There is an interesting difference in what people believe to be the cause of homosexuality versus what we believe causes heterosexuality. A survey was conducted in four diverse regions of the world concerning causes for homosexuality. In all samples, only a minority of people thought gays and lesbians were born that way. The highest percentage (44%) attributing homosexuality to biology was in the Philippines. In Sweden, 29% favored biology, in Arizona, 27%, and in Hawaii, 15% (3). These percentages are consistent with opinions within the scientific community. A 1992 study of sociologists asked each respondent to estimate the percentage of variation in homosexuality that they felt was attributable to biology as opposed to the environment (4). The average sociologist attributed 27% of same-sex tendencies to biology, the rest to the environment. A study of English physicians reported that 23% of general practitioners attributed homosexuality to biology, while only 13% of psychiatrists did so (5). Thus, the scientific community is in agreement with the average person in attributing homosexuality primarily to social experiences and environment rather than to biology (6).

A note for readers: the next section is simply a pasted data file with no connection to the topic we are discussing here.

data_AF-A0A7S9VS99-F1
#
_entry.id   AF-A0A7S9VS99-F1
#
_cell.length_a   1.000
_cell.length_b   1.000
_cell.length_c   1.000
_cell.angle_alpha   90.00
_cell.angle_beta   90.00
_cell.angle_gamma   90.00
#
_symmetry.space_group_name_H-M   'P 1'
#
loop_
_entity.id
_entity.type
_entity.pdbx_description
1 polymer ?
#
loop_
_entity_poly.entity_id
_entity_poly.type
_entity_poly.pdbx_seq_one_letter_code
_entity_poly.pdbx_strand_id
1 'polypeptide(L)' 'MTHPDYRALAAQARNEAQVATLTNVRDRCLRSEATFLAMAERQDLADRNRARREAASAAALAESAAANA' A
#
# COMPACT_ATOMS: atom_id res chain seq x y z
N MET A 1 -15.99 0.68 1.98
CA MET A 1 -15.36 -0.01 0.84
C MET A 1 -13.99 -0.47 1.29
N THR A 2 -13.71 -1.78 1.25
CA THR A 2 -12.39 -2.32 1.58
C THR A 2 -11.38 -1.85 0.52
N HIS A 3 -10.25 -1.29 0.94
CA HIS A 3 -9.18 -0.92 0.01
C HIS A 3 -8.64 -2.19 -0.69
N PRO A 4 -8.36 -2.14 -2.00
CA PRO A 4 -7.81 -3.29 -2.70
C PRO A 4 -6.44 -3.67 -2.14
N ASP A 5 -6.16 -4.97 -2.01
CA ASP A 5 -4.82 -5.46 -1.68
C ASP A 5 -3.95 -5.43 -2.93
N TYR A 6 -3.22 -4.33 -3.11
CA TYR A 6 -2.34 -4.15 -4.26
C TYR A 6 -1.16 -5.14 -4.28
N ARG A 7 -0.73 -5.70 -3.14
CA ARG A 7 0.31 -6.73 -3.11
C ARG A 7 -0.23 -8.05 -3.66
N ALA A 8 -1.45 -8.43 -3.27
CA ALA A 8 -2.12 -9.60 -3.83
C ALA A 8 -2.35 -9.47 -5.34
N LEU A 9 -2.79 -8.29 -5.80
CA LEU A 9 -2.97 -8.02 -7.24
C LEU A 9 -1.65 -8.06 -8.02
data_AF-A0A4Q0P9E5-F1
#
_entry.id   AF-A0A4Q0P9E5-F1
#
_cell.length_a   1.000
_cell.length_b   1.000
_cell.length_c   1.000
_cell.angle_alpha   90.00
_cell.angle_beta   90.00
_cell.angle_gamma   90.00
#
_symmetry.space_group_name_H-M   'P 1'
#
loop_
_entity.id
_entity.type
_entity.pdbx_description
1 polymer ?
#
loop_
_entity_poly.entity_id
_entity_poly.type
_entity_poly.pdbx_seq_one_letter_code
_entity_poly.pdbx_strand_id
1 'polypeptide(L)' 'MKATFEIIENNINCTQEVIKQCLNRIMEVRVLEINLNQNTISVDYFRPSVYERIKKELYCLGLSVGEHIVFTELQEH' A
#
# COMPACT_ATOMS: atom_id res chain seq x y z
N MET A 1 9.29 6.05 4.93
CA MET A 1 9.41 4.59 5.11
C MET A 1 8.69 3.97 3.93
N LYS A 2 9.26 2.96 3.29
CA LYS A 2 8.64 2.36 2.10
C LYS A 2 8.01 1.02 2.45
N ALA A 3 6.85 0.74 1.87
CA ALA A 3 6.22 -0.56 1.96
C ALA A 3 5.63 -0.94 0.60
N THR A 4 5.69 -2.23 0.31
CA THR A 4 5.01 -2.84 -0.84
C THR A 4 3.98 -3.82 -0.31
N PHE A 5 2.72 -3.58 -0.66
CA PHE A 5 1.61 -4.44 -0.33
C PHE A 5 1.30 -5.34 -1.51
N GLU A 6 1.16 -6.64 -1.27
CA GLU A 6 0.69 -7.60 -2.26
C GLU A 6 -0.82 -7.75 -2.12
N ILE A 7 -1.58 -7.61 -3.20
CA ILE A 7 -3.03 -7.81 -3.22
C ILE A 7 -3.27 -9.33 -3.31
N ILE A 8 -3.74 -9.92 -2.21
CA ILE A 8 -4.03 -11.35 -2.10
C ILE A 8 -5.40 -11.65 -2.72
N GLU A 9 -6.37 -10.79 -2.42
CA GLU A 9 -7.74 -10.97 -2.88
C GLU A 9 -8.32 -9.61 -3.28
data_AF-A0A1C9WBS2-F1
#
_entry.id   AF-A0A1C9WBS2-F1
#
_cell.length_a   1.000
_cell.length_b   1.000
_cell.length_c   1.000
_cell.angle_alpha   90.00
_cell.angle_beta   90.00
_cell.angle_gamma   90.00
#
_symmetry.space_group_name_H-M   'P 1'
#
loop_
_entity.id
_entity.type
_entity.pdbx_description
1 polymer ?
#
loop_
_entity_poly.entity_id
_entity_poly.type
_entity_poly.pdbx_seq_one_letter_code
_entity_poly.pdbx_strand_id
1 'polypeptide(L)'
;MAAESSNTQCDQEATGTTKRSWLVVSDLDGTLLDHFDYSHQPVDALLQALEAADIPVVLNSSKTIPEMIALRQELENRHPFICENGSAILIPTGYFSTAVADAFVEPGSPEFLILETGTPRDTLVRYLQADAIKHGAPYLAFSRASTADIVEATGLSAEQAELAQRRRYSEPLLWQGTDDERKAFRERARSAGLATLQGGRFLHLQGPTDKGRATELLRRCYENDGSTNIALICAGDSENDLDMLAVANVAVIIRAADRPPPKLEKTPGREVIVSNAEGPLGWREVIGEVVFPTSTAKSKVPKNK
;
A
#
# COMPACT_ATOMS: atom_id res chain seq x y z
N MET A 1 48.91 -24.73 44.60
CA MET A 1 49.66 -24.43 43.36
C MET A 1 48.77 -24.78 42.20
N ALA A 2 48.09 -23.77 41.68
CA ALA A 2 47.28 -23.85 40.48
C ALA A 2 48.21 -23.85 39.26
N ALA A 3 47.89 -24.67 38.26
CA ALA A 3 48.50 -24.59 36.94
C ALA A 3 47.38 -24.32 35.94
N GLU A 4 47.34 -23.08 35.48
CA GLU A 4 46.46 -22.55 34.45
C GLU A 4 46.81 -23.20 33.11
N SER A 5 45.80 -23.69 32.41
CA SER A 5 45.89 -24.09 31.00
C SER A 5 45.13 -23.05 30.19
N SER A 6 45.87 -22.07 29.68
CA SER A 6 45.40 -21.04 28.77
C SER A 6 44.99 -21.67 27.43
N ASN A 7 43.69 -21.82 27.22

Prejudiced attitudes against homosexuality also stem to some extent from a misconception that it is not readily witnessed in other animal species, and hence must not be natural. There is a general belief that we must be just like other creatures in the most basic ways and that we do not occupy a privileged or unique place in nature. Perhaps no other scientific discovery has been more responsible for shaping and reinforcing such views than Darwin’s theory of evolution. Darwin’s suggestion that we descended from apes through the same processes responsible for the evolution of all other life forms went a long way in decisively obliterating the distinction between humans and other living creatures. Yet, there is nothing in the theory of evolution itself that rules out the possibility humans may be unique in all of nature. We are clearly unique in many respects. What other animal has the supreme degree of control over its environment that we humans display? Has another species been able to use its ingenuity to go to the moon, or design a computer, or invent the calculus? Is there anything in the animal kingdom that even remotely compares with out abstract appreciation of music, art, literature? Or our capacity to plan not just for tomorrow, or the coming season, but for an event that may be 50 years ahead? And with respect to our biology, which other animal can decide to postpone having offspring, in some cases indefinitely, based on nothing more than a whim, and then perhaps change its mind tomorrow for yet another reason? Are we different only in degrees, or are we instead very, very different? I suggest it is long overdue that we forsake the perception of complete parallelism between other animals and ourselves. True, there are ways in which we are alike, but there are also ways in which we are clearly incomparable.